# How do you find the intervals of increasing and decreasing using the first derivative given #y=(x^5-5x)/5#?

If

Consequently,

By signing up, you agree to our Terms of Service and Privacy Policy

By signing up, you agree to our Terms of Service and Privacy Policy

When evaluating a one-sided limit, you need to be careful when a quantity is approaching zero since its sign is different depending on which way it is approaching zero from. Let us look at some examples.

When evaluating a one-sided limit, you need to be careful when a quantity is approaching zero since its sign is different depending on which way it is approaching zero from. Let us look at some examples.

When evaluating a one-sided limit, you need to be careful when a quantity is approaching zero since its sign is different depending on which way it is approaching zero from. Let us look at some examples.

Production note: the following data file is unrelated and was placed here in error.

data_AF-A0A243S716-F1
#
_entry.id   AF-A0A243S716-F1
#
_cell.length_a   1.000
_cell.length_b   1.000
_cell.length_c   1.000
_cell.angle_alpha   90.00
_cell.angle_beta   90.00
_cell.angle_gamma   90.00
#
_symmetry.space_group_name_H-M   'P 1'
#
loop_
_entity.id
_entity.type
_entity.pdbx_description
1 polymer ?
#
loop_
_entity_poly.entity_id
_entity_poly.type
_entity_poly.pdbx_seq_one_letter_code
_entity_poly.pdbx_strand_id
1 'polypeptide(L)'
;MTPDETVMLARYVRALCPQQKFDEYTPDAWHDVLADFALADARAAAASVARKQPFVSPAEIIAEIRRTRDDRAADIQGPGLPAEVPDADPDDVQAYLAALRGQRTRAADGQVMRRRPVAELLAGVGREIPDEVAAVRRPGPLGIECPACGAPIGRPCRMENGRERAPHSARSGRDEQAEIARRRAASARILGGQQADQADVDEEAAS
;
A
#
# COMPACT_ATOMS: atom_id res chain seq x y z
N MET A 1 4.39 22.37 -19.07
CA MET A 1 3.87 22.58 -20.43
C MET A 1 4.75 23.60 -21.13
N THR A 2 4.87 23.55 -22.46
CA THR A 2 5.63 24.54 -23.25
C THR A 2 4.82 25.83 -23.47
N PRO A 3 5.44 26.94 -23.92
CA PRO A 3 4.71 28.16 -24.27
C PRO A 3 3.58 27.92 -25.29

- Find the absolute maximum and absolute minimum values of #f(x) = x^(1/3) e^(−x^2/8)# on the interval [−1, 4]?
- How do you use the Intermediate Value Theorem to show that the polynomial function #f(x) = x^4 + 8x^3 - x^2 + 2# has a zero in the interval [-1, 1]?
- What are the critical points of #f (x) = e^x + e^-(6x)#?
- Is it possible to determine the critical points of a function without using the function's derivatives?
- How do you find the critical numbers for #f(x) = x-2ln(x)# to determine the maximum and minimum?

- 98% accuracy study help
- Covers math, physics, chemistry, biology, and more
- Step-by-step, in-depth guides
- Readily available 24/7